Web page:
A recent new “study” of the risk in eating eggs is circulating widely in the news and social media.
It provides an excellent example to use for learning how to critically analyze the quality of “scientific” studies reported in the media. This one provides only an observation so weak that it tells us no more about the safety of eating eggs than the observation of a sprinter does about the seeming flat shape of the earth.
Good science measures phenomena under conditions that eliminate as many variables as possible so that the results reflect only the effect of the one being observed. If a test (study) does not do that, it’s bad science. And a famous physicist I know once said to me, “bad science isn’t even science”.
While I could argue at length about the weakness of the statistical results in this case, one need only look at the methods of the study to know that the study was not even science.
First, the authors used inaccurate measurements of egg consumption; a survey that asks people what they ate. Surveys for diet recall are inaccurate because of memory fallibility, as well as emotional overlays that skew answers given. Plus, it only measured egg consumption in one set of surveys at the beginning of the study, and never checked again over the ensuing 17.5 years to measure any changes in the answers. Do you think eating habits never change?
Second, although the authors tried to use statistical methods to account for variables that might have been affected the subjects, like weight, blood pressure, or diabetes, they did not eliminate or even account for many important variables that could have been linked to egg consumption, such as other unhealthy behaviors like high salt consumption or lack of exercise.
Think of it this way; a good way to eliminate variables is to take the thousands of people and divide them randomly into 2 groups. That would make each group likely to have the same distribution of important unmeasured variables, thus eliminating those variables from having any different effect in one group or the other. This study did not do that.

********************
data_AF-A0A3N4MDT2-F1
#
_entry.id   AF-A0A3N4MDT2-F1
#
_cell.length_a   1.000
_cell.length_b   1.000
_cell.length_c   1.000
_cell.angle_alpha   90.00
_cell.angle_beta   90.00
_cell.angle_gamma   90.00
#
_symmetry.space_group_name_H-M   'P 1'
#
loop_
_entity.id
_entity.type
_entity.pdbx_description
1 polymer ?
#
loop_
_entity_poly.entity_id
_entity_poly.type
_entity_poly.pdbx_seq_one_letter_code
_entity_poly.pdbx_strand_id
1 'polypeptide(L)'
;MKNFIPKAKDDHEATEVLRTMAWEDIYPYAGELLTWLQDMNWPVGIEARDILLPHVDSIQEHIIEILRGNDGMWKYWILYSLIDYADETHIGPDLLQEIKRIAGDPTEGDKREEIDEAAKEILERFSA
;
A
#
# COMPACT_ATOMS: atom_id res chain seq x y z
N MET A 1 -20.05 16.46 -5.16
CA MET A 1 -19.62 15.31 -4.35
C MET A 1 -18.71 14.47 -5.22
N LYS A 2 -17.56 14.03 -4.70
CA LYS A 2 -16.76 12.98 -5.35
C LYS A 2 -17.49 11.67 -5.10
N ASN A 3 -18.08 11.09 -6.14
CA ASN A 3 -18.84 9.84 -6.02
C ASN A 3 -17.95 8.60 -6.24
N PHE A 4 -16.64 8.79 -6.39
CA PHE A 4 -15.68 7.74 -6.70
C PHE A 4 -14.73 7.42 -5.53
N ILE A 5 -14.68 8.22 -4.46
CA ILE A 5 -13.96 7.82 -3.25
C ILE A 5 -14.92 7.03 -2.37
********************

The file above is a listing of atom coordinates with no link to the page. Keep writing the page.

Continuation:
(And even in studies that do try to randomize out variables, the more possible variables, the larger the number of subjects that are needed to assure they are distributed evenly in both groups.)
The problems limiting this study are similar to the ones that lead us to discount a sprinter’s observations about the shape of the earth. First, the sprinter is only measuring the ground with her feet, not a carefully calibrated 3 dimensional ruler. Second, if the sprinter kept going in a straight line long enough she would return to the start from the opposite side, leading to the correct conclusion that the world could not be flat, as it appeared to be over the first few hundred yards. Her observations were too limited to be useful as science.
This study did not randomly divide the participants, it divided them based on egg consumption. Nothing they measured after that can be considered factually valid because the groups were not truly equal in the distribution of other unmeasured variables. But even if they did randomize, they would need hundreds of thousands of subjects to have measured enough to “randomize out” the large number of unmeasured variables. And they would have needed to measure the important variable, egg consumption, more rigorously over time.
Don’t be fooled by catchy headlines based on the conclusions of scientists trying to inflate the importance of their work. If the work was bad science, it wasn’t even science, and they weren’t acting as scientists. The media needs them to look smart so they can sell their news. You don’t need to listen.
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